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Kaleidoscopic Eye at the Mori

kaleido

Tokyo’s Mori Art Museum is displaying an installation called Kaleidoscopic Eye, a creation by the Thyssen-Bornemisza Art Contemporary out of Vienna.  From the Thyssen-Bornemisza website:

The Mori Art Museum will present The Kaleidoscopic Eye: Thyssen-Bornemisza Art Contemporary Collection from Saturday, April 4, to Sunday, July 5, 2009. The exhibition is realized as a collaboration between Mori Art Museum and Thyssen-Bornemisza Art Contemporary.

The Kaleidoscopic Eye investigates the question of how to define “what’s real”, which has preoccupied philosophy, science, religion and the arts for the longest time. Reality, in everyday usage, means “the state of things as they actually exist”, whether or not it is observable or comprehensible. On a more subjective level, investigations into reality activate private experiences, curiosity, inquiry and interpretation, but also reflections on void, nothingness and emptiness on the part of the inquiring subject.

This exhibit looks like it’s right up my alley!  Anyone seen it?  Please post in the comments!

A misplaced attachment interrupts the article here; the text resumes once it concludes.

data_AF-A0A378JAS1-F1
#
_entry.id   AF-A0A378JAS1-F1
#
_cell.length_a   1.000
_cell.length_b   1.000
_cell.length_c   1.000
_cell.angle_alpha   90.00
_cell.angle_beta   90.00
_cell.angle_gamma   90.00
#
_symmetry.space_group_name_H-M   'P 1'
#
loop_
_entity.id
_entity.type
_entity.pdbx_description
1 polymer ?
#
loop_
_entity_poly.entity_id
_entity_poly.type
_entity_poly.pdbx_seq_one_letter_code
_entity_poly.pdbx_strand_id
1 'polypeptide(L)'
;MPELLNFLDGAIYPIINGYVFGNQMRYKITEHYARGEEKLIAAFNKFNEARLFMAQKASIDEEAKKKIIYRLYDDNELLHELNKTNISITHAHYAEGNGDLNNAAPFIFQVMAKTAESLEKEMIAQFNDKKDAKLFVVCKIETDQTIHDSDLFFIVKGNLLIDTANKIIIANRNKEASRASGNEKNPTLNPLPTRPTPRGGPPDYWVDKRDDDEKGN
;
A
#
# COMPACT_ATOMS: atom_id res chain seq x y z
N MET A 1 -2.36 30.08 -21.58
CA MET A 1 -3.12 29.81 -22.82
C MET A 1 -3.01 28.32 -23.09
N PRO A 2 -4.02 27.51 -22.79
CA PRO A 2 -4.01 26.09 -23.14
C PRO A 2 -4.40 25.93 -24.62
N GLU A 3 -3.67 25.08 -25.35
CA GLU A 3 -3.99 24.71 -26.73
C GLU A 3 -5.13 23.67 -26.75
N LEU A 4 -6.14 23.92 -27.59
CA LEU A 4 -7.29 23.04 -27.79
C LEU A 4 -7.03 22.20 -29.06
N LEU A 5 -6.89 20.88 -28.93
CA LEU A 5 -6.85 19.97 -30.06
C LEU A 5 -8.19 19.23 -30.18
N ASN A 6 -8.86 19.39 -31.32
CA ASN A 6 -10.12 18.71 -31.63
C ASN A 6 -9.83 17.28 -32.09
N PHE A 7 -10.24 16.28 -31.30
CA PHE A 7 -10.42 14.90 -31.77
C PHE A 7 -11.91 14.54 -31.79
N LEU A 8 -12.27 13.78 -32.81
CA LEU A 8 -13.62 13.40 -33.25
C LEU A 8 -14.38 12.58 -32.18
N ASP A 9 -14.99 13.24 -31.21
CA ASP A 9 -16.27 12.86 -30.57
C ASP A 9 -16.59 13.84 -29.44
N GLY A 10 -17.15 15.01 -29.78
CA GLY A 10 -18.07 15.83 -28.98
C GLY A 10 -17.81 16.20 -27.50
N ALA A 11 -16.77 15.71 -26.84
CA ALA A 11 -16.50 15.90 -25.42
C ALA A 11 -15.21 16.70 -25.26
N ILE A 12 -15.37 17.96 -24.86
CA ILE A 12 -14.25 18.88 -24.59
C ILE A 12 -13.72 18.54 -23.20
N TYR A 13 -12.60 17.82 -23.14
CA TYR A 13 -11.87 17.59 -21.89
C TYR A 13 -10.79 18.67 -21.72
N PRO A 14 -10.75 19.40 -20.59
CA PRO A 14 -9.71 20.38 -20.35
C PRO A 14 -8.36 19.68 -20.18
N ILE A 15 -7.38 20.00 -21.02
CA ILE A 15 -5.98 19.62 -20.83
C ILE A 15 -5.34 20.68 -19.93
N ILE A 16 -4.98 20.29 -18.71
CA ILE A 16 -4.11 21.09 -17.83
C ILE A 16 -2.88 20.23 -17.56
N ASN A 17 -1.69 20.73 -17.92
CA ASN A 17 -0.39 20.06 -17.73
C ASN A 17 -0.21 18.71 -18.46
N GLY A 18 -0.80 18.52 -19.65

The Set Lighting Technician’s Handbook

A student asked me a few months ago to give a reference on a good, all-inclusive book about being a stage electrician.  I thought about it for a while, trying to rack my brain about which text would give a wide variety of thorough information regarding distribution, practices, etc – but still giving a good breadth of knowledge about the craft and art of what lighting technicians do.  Nothing beats hands-on education in our industry, especially with a field as highly specialized as ours.

After several texts’ worth of information, I finally decided on the Set Lighting Technician’s Handbook.  This is a text geared towards film and television lighting production, but the information on electrical distribution and practices in this book are second to none.  From phasing to fixtures, source types, histories, uses, practices – this is a great book if you’re looking to get into the lighting industry.

Check it out.  It’s a great book for reference or just plain education.